With his jauntiest step, and brightest smile, Algernon left the room.
"Dear, I hope so," answered Mrs. Thimbleby, tremulously; "but I do wish he would try a hot posset of a night, just before going to bed."
"You know, Ancram, that I am not a rich man for one in my station."
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Portrait of the author.
Miss Chubb, too, contemplated her new dress of a light blue colour, laid out upon her bed, with great interest and satisfaction. And when her toilet for the evening was completed, she had more little gummed rings of hair on her cheeks and forehead than had ever before been beheld there at one time.
Aside from the differences mentioned above, all specimens from Guatemala are similar in coloration. Three specimens from Honduras (MCZ 21300 and UMMZ 113102-3) have unspotted white venters. MCZ 21300, the holotype of P. spinipollex, lacks a white stripe above the anal opening, whereas the stripe is indistinct in UMMZ 113102-3.
STOCKTON, FRANK RICHARD.--The Captain's Toll-Gate By Frank R. Stockton With a Memorial Sketch by Mrs. Stockton And a Bibliography Illustrated New York D. Appleton & Company 1903. 8vo, half vellum, gilt top, uncut edges.
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When the infima species, or proximate Kind, to which an individual belongs, has been ascertained, the properties common to that Kind include necessarily the whole of the common properties of every other real Kind to which the individual can be referrible. Let the individual, for example, be Socrates, and the proximate Kind, man. Animal, or living creature, is also a real Kind, and includes Socrates; but, since it likewise includes man, or in other words, since all men are animals, the properties common to animals form a portion of the common properties of the sub-class, man. And if there be any class which includes Socrates without including man, that class is not a real Kind. Let the class for example, be flat-nosed; that being a class which includes Socrates, without including all men. To determine whether it is a real Kind, we must ask ourselves this question: Have all flat-nosed animals, in addition to whatever is implied in their flat noses, any common properties, other than those which are common to all animals whatever? If they had; if a flat nose were a mark or index to an indefinite number of other peculiarities, not deducible from the former by an ascertainable law, then out of the class man we might cut another class, flat-nosed man, which according to our definition, would be a Kind. But if we could do this, man would not be, as it was assumed to be, the proximate Kind. Therefore, the properties of the proximate Kind do comprehend those (whether known or unknown) of all other Kinds to which the individual belongs; which was the point we undertook to prove. And hence, every other Kind which is predicable of the individual, will be to the proximate Kind in the relation of a genus, according to even the popular acceptation of the terms genus and species; that is, it will be a larger class, including it and more.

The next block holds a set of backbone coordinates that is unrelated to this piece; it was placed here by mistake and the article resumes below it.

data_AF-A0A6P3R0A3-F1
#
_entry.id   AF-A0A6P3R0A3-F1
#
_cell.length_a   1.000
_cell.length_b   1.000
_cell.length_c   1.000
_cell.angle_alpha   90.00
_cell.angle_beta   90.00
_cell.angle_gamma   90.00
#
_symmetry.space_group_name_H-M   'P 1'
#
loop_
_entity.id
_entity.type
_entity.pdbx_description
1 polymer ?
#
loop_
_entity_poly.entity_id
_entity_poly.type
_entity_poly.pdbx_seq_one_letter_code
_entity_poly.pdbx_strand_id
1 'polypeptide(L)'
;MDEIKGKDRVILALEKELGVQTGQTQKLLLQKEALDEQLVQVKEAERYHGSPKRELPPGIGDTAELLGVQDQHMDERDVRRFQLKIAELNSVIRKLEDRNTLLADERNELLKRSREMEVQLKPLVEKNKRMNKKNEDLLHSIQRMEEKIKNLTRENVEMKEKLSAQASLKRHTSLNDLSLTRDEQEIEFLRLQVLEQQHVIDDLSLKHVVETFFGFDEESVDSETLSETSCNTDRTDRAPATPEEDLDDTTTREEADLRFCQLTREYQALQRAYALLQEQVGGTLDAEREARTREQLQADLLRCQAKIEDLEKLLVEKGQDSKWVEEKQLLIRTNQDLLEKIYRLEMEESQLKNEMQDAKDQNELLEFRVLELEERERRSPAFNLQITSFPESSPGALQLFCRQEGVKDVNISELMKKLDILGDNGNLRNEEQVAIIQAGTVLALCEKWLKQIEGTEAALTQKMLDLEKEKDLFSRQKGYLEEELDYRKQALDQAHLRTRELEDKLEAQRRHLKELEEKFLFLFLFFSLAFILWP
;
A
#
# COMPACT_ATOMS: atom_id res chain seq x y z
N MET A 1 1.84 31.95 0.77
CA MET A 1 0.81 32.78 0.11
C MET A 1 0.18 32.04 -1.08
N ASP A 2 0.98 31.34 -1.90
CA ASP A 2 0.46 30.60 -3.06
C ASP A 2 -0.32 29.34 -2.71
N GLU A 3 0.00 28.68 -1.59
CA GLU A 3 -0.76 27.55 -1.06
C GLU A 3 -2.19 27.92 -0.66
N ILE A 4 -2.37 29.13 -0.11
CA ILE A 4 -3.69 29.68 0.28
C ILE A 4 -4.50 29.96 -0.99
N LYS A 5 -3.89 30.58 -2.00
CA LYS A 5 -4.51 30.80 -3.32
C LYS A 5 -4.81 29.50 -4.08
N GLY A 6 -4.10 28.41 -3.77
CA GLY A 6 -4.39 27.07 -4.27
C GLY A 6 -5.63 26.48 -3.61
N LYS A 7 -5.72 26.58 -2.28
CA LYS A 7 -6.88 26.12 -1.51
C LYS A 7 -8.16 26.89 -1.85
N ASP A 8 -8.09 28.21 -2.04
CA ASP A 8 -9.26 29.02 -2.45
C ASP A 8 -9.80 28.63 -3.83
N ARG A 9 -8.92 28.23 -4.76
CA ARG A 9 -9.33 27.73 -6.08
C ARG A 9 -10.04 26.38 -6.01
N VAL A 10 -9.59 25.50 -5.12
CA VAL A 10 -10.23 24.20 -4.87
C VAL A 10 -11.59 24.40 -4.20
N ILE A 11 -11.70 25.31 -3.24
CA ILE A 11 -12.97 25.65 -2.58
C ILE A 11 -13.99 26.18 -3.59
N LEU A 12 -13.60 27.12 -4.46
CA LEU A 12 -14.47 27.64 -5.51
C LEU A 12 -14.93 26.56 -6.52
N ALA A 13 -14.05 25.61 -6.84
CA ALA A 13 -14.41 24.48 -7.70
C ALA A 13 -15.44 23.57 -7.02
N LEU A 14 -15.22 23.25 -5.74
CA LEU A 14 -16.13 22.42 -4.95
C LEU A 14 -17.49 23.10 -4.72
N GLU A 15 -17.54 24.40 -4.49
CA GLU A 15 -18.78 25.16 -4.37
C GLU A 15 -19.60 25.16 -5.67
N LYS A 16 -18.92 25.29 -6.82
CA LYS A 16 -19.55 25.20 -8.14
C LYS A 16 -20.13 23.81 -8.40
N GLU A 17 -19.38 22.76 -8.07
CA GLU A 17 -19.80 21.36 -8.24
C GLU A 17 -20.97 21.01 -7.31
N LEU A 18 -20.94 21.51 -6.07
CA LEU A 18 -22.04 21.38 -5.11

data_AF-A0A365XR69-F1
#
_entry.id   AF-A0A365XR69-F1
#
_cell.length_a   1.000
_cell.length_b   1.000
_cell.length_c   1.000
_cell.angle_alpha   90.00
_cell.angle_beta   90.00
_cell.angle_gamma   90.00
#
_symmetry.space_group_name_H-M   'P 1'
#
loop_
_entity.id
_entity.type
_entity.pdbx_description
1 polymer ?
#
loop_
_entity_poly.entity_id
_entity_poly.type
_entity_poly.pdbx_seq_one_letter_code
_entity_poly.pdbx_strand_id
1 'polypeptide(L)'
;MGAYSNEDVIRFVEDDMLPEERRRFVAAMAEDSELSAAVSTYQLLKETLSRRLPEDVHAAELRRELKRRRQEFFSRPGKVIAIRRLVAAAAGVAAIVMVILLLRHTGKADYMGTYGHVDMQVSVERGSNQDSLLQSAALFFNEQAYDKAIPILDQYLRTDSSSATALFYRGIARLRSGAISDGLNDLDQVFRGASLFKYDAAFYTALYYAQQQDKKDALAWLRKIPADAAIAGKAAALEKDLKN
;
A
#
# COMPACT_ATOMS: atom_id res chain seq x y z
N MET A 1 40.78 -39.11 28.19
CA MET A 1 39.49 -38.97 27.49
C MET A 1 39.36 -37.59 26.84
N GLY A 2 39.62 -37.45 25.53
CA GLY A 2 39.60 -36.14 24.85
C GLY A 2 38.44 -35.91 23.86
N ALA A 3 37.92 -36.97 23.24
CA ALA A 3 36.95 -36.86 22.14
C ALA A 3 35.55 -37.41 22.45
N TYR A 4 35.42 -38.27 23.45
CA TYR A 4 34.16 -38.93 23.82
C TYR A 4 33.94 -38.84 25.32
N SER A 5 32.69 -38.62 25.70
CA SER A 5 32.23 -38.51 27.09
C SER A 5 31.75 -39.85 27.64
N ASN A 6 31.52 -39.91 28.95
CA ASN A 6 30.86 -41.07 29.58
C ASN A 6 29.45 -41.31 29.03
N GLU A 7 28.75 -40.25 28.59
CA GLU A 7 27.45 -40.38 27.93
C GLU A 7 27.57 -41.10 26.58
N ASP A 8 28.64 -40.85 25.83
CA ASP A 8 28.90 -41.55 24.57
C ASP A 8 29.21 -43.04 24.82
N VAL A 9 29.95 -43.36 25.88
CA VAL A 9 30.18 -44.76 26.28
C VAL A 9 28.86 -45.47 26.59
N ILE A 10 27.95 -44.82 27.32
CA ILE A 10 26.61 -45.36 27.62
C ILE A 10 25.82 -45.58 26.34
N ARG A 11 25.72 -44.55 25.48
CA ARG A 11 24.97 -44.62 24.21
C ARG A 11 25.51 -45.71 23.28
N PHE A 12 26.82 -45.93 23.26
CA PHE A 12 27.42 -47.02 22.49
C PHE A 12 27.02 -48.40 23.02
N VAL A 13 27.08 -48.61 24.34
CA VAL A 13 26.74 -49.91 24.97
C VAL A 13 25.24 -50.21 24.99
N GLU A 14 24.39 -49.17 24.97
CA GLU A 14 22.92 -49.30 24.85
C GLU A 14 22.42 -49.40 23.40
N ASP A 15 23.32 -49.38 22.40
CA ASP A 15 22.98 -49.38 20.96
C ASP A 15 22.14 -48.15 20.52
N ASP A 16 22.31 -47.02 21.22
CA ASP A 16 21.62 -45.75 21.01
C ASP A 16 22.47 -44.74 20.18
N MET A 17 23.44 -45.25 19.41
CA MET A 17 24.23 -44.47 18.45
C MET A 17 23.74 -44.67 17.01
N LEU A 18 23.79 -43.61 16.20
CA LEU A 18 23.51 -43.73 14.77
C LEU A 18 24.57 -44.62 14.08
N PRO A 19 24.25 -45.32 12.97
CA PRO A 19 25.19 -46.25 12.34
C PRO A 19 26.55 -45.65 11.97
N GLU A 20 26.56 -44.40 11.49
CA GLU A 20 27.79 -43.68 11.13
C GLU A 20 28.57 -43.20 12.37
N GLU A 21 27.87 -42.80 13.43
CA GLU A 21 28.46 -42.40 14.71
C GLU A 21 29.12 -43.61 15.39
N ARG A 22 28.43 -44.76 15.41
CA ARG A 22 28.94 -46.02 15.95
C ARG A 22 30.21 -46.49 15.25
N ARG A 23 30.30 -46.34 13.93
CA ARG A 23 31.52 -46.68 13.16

End of the Project Gutenberg EBook of ?travers l'h閙isph鑢e sud, ou Mon second voyage autour du monde, by Ernest Michel
And the sea, a thousand miles or more away, still thought forever of the mountain. Vainly she peered over the western horizon for a glimpse of his proud head and honest face. The horizon was dark. Her lover was far beyond; forests, plains, hills, valleys, rivers, and other mountains intervened. Her watching was as hopeless as her love.
"What are you little folks down there talking about?" asked the pine-tree.
9. Qualities 69
05/23/2012 at 05:05 PM